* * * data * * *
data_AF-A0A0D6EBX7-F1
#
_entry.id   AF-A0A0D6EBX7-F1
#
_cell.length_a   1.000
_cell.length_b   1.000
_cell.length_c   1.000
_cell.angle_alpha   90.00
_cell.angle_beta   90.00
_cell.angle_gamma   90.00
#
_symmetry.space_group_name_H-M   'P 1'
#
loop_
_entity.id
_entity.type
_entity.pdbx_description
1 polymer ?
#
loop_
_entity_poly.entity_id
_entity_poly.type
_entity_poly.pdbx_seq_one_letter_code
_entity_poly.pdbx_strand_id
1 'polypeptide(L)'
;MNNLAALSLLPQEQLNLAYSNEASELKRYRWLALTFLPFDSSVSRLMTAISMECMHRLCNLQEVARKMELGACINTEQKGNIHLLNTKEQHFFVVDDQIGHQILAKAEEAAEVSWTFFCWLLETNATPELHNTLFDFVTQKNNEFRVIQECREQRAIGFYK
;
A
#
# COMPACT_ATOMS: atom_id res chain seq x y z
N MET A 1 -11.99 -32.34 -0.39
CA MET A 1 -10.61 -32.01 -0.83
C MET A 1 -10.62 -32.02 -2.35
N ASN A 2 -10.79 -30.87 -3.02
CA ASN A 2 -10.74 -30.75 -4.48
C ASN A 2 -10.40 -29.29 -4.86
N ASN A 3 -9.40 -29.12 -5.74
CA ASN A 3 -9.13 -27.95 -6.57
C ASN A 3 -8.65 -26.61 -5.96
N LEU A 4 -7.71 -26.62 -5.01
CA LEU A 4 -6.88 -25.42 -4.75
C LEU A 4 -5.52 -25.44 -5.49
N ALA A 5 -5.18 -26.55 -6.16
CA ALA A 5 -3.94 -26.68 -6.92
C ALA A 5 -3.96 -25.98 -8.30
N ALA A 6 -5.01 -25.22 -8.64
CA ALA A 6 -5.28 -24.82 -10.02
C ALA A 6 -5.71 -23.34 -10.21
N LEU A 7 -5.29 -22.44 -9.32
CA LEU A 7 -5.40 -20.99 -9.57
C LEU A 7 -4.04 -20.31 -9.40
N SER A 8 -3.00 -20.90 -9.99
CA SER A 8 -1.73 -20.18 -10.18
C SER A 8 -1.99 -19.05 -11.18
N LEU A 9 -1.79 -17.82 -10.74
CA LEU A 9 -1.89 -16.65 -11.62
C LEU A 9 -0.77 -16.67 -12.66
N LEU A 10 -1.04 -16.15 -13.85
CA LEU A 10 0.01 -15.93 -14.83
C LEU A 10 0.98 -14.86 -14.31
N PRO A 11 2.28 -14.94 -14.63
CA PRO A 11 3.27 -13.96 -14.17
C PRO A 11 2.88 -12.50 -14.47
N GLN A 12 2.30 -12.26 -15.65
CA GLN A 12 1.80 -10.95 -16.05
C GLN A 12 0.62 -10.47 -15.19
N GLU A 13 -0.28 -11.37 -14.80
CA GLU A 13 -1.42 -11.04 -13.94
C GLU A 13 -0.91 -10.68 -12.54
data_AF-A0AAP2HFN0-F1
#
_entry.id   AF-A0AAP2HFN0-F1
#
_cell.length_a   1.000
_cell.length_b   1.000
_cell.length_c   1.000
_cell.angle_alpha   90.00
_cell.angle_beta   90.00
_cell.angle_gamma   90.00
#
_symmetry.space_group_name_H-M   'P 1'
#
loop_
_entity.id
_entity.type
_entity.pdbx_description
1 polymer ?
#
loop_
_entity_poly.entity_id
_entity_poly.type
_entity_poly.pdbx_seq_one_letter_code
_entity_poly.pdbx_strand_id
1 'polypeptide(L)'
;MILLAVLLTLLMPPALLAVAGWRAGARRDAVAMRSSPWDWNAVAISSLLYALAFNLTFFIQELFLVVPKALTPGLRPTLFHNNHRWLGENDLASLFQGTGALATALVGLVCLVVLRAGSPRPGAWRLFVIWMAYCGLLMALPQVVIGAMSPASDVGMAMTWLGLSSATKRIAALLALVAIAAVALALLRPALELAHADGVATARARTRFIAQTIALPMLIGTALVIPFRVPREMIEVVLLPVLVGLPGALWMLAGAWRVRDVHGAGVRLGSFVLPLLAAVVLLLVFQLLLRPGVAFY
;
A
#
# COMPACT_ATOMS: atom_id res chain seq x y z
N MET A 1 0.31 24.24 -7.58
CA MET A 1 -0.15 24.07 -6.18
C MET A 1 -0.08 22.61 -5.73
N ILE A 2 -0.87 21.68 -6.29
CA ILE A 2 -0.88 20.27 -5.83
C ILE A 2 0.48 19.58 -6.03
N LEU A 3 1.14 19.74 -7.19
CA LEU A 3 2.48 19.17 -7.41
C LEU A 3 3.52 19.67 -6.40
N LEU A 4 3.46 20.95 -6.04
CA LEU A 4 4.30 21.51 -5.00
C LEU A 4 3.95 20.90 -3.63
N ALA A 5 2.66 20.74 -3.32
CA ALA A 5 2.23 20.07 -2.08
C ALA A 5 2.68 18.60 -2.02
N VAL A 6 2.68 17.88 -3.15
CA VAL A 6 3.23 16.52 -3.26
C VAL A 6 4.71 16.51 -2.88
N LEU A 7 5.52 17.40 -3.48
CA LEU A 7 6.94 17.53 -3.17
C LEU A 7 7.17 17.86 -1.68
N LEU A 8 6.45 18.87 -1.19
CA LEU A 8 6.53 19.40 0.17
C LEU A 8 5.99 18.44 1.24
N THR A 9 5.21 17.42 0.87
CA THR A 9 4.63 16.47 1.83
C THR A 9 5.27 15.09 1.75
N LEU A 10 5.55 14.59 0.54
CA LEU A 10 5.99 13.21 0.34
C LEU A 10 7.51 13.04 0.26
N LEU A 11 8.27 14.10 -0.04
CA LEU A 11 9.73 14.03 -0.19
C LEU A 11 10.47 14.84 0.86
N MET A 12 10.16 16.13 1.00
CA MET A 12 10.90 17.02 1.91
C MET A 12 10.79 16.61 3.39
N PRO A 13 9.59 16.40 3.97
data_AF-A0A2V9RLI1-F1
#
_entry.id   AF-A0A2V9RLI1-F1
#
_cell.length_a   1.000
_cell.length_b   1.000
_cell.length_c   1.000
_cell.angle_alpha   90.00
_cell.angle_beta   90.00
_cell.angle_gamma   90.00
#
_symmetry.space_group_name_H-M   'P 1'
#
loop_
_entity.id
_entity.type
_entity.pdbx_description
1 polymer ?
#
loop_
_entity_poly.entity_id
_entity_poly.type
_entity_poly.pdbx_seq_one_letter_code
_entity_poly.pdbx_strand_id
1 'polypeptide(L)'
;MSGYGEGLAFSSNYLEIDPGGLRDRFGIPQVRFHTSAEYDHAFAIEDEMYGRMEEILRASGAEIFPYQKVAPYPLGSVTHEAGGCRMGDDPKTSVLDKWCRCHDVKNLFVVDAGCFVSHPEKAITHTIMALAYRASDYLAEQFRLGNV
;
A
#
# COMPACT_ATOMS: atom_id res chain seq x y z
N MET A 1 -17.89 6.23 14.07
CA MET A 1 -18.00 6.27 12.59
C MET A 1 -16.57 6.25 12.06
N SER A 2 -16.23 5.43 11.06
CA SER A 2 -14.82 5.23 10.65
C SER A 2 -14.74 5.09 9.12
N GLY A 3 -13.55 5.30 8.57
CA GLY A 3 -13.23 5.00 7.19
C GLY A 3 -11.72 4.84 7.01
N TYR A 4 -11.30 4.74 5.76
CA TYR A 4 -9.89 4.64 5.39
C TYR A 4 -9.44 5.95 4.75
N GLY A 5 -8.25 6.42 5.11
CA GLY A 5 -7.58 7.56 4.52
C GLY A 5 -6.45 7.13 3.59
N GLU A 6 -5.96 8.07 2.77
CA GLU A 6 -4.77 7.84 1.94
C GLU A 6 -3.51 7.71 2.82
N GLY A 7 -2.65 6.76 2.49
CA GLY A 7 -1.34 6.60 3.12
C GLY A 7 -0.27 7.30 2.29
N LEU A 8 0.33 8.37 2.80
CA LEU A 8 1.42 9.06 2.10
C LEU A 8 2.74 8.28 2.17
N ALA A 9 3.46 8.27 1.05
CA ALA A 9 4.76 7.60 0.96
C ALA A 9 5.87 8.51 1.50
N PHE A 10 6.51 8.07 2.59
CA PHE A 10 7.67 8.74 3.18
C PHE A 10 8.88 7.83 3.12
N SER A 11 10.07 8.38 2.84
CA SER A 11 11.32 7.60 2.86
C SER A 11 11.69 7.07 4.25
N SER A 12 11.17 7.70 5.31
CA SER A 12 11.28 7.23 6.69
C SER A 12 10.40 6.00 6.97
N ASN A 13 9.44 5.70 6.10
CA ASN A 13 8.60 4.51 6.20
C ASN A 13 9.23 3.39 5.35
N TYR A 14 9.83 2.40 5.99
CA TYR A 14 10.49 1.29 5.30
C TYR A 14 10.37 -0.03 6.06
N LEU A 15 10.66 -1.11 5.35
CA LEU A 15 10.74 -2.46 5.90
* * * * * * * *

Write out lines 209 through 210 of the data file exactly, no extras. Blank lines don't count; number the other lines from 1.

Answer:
N LEU A 15 10.66 -1.11 5.35
CA LEU A 15 10.74 -2.46 5.90